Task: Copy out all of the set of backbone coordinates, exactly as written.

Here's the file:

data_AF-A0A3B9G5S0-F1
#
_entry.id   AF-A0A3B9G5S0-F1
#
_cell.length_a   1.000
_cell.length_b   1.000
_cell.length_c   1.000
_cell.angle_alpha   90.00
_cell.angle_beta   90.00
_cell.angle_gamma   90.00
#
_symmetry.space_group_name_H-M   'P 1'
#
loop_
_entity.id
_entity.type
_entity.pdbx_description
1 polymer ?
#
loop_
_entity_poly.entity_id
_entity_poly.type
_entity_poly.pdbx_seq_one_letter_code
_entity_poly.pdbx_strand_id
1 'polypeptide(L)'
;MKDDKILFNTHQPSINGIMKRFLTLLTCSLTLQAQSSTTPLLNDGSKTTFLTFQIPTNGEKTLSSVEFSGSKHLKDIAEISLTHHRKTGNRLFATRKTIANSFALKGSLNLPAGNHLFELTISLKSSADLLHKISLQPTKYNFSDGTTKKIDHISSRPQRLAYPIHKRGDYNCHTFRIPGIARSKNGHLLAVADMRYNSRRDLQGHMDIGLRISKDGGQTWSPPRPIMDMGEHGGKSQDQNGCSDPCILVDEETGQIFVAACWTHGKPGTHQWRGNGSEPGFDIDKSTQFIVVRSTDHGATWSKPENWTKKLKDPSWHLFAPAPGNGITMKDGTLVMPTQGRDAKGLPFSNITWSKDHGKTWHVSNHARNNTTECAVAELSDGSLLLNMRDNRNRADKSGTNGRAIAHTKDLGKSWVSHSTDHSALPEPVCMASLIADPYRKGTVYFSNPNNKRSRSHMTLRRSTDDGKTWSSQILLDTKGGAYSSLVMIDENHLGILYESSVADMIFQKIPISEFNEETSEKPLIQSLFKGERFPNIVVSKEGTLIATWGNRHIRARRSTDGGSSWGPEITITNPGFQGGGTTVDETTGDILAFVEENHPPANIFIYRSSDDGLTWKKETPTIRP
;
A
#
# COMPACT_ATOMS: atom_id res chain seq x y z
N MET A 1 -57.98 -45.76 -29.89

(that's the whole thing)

data_AF-A0A3B9G5S0-F1
#
_entry.id   AF-A0A3B9G5S0-F1
#
_cell.length_a   1.000
_cell.length_b   1.000
_cell.length_c   1.000
_cell.angle_alpha   90.00
_cell.angle_beta   90.00
_cell.angle_gamma   90.00
#
_symmetry.space_group_name_H-M   'P 1'
#
loop_
_entity.id
_entity.type
_entity.pdbx_description
1 polymer ?
#
loop_
_entity_poly.entity_id
_entity_poly.type
_entity_poly.pdbx_seq_one_letter_code
_entity_poly.pdbx_strand_id
1 'polypeptide(L)'
;MKDDKILFNTHQPSINGIMKRFLTLLTCSLTLQAQSSTTPLLNDGSKTTFLTFQIPTNGEKTLSSVEFSGSKHLKDIAEISLTHHRKTGNRLFATRKTIANSFALKGSLNLPAGNHLFELTISLKSSADLLHKISLQPTKYNFSDGTTKKIDHISSRPQRLAYPIHKRGDYNCHTFRIPGIARSKNGHLLAVADMRYNSRRDLQGHMDIGLRISKDGGQTWSPPRPIMDMGEHGGKSQDQNGCSDPCILVDEETGQIFVAACWTHGKPGTHQWRGNGSEPGFDIDKSTQFIVVRSTDHGATWSKPENWTKKLKDPSWHLFAPAPGNGITMKDGTLVMPTQGRDAKGLPFSNITWSKDHGKTWHVSNHARNNTTECAVAELSDGSLLLNMRDNRNRADKSGTNGRAIAHTKDLGKSWVSHSTDHSALPEPVCMASLIADPYRKGTVYFSNPNNKRSRSHMTLRRSTDDGKTWSSQILLDTKGGAYSSLVMIDENHLGILYESSVADMIFQKIPISEFNEETSEKPLIQSLFKGERFPNIVVSKEGTLIATWGNRHIRARRSTDGGSSWGPEITITNPGFQGGGTTVDETTGDILAFVEENHPPANIFIYRSSDDGLTWKKETPTIRP
;
A
#
# COMPACT_ATOMS: atom_id res chain seq x y z
N MET A 1 -57.98 -45.76 -29.89